3. For three paper clips Vt = (2 x 2. 75) 4. For four paper clips Vt = (2 x 2. 75)
(1. 89 + 1. 42) (1. 56 + 0. 98)
Vt = 5. 5 Vt = 5. 5
3. 31 2. 54
Vt = 1. 662 m/sec Vt = 2. 165 m/sec
5. For five paper clips Vt = (2 x 2. 75) 6. For six paper clips Vt = (2 x 2. 75)
(1. 35 + 0. 85) (0. 88 = 0. 44) Vt = 5. 5 Vt = 5. 5
2. 2 1. 32
Vt = 2. 5 m/sec Vt = 4. 167 m/sec
1 paper clip 2. 75 m 2 paper clips 2. 75 m
2. 79 s = 0. 986 m/s 2. 2 s = 1. 25 m/s
3 paper clips 2. 75 m 4 paper clips 2. 75 m
1. 89 s = 1. 455 m/s 1. 56 s = 1. 763m/s
5 paper clips 2. 75 m 6 paper clips 2. 75 m
1. 35 s = 2. 037 m/s 0. 88 s = 3. 125m/s
m = meters s = seconds
I decided that six results was not enough to draw an accurate graph and decided to take more results. I used a pin, with the same number of paper clips; as it is almost half the weight of one paper clip. This would mean I had about eleven results with which to draw a graph. However I found that the spinner was no longer strong enough to fall accurately, each time we dropped the spinner it fell at a different speed. This led to results which were nothing like the first set which we recorded and I decided not to continue with the second table of results and therefore only used the first table of results (see above) to draw the graphs.
I can see from my graphs that both the average speed and terminal velocity is not directly proportional to the drag. As the speed increases the drag also increases. The graphs shows a steady increase in speed at terminal velocity/the average speed and drag until the spinners mass is 2. 25 grams; after this the speed (terminal velocity and average speed) continue to increase with very little change to the amount of drag. This is because the nature of the way the spinner falls changes at this point. The blades can no longer dissipate the potential energy and the spinner gains kinetic energy. This is shown on my graph when the line of best fit plateaus out. Terminal velocity is still reached but because there is less air resistance there is less drag. If I continued to add weight to the spinner I might find that the spinner could fall faster before terminal velocity is reached, as it is more aero-dynamic, and there is less drag. The spinner does not fall like other simple objects as it is falling and rotating at the same time, more simple objects usually have a graph which would look similar to this, where drag is proportional to speed2 . X axis = speed Y axis = drag.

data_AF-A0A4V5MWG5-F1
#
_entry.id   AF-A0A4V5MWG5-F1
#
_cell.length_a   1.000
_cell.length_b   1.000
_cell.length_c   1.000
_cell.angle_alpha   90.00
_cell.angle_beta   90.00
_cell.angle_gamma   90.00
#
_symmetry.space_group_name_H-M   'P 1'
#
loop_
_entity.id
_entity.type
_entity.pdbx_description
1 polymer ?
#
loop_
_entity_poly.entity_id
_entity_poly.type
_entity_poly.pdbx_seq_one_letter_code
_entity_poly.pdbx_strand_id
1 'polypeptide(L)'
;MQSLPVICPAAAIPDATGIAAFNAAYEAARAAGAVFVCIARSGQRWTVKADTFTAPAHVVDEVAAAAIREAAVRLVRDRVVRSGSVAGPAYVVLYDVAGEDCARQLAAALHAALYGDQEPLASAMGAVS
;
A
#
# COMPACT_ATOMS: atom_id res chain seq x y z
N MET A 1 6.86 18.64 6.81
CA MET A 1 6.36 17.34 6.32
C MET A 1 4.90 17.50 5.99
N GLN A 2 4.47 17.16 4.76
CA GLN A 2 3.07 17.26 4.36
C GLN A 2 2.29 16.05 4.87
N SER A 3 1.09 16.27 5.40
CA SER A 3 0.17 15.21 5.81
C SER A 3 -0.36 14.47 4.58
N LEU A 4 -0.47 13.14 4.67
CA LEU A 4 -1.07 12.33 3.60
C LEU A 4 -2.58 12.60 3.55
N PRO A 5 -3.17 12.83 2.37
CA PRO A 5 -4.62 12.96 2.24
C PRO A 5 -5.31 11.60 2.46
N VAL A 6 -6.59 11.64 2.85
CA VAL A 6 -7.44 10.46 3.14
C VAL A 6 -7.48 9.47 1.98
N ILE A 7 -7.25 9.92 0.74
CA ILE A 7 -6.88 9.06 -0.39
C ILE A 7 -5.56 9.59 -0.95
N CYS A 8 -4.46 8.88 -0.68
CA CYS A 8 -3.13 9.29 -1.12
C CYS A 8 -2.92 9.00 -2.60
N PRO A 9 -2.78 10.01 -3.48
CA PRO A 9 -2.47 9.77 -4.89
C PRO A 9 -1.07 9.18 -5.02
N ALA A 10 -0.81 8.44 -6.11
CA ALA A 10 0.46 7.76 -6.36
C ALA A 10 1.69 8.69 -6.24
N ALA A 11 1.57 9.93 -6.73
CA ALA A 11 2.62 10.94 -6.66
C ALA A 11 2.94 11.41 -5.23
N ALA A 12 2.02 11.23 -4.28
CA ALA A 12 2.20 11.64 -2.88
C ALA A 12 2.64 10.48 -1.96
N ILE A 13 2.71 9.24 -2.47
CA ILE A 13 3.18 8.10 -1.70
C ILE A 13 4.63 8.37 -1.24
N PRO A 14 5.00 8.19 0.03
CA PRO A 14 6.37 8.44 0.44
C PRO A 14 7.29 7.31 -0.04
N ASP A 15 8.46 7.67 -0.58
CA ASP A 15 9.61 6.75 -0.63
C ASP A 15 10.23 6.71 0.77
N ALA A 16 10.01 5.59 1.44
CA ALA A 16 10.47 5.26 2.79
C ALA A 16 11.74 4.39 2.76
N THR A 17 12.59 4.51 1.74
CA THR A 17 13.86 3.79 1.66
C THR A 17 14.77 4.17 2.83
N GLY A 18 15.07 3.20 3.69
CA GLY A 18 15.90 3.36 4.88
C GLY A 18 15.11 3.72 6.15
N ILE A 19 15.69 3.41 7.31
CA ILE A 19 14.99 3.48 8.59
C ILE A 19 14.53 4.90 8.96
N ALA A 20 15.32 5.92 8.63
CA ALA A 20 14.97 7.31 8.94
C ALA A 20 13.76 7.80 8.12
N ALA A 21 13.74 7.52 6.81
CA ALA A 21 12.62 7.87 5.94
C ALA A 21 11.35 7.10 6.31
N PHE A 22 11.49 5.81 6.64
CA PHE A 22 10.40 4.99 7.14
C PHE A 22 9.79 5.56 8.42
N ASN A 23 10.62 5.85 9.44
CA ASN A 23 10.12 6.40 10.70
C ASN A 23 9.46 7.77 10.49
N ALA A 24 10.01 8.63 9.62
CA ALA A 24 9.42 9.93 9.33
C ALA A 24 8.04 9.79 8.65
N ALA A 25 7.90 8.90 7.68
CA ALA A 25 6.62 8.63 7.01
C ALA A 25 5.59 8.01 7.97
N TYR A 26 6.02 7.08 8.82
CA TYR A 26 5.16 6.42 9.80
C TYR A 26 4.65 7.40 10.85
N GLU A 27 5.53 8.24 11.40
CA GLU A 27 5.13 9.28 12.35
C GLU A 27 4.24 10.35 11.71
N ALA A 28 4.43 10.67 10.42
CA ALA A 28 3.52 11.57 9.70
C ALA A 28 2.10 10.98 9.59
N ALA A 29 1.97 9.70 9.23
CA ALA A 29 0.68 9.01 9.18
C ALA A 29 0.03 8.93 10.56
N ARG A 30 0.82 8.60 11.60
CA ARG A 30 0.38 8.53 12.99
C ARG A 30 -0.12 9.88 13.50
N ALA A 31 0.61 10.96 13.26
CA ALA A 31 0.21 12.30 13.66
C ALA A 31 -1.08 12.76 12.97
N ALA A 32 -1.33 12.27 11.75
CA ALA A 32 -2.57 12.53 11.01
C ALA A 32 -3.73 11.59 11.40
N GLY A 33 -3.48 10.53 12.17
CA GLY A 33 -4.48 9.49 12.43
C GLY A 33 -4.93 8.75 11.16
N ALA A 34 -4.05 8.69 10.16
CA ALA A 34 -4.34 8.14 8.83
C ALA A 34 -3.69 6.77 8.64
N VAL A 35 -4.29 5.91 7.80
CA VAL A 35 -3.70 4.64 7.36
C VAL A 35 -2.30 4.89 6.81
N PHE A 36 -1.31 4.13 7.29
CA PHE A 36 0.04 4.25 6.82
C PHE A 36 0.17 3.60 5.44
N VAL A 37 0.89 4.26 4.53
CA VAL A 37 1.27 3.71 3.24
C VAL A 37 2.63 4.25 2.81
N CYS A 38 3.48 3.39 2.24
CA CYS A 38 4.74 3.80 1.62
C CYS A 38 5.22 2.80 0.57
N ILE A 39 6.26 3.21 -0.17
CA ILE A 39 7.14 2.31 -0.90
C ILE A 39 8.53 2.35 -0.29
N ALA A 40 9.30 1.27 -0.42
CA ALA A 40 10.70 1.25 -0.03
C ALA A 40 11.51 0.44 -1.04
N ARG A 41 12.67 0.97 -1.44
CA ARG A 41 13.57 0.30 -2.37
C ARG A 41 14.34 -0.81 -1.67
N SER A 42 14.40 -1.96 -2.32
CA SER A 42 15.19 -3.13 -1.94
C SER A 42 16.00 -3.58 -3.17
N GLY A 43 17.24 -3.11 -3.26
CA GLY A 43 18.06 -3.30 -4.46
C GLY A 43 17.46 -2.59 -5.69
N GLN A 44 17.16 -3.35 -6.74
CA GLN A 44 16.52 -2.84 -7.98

My prediction was correct “ the greater the weight of an object the faster it will fall and the greater the speed at terminal velocity. I think this because when weight = drag an object is no longer accelerating. So if you have a heavier object it will have to fall faster and for longer for the weight to = the drag and the object to have reached terminal velocity. The opposite is true for a spinner weighing less, it will not need to be travelling as quickly or for as long for the drag to = the weight there fore terminal velocity will be slower.” To complete this investigation I need to investigate one more thing (the parts in red), to test whether all of my prediction is correct.
I am fairly confident that my results are accurate as I did them several times and used a balance that calculates mass to one hundredth of a gram. I also made sure we used the same make of stopwatch each time. A factor, which could have effected the accuracy of my results, is human reaction times and human error. This will mean that the results are slightly out however as this was the same for each of the different masses of the spinner I feel I can still draw some accurate conclusions.
We identified anomalous results as we went along, repeating the drop and using these new results to work out the averages not the anomalous readings. I would think these anomalous readings were due to human error. As a result of identifying anomalous readings as I went along my final graphs have no points which are not on or very close to the line of best fit.
My results are fairly consistent, there is not a lot of variation. I feel that with more evidence to support my prediction I could be 100 % sure that my conclusions are accurate, however we only used six different masses of spinner so I can not be altogether certain that the conclusions I have drawn are correct. I believe my results back up the predictions I made adding evidence to my theories.
I think that to improve the validity of my conclusion I should have found a way of tacking more times and points to plot on my graph. This would make me more confident that my conclusion is as accurate as possible.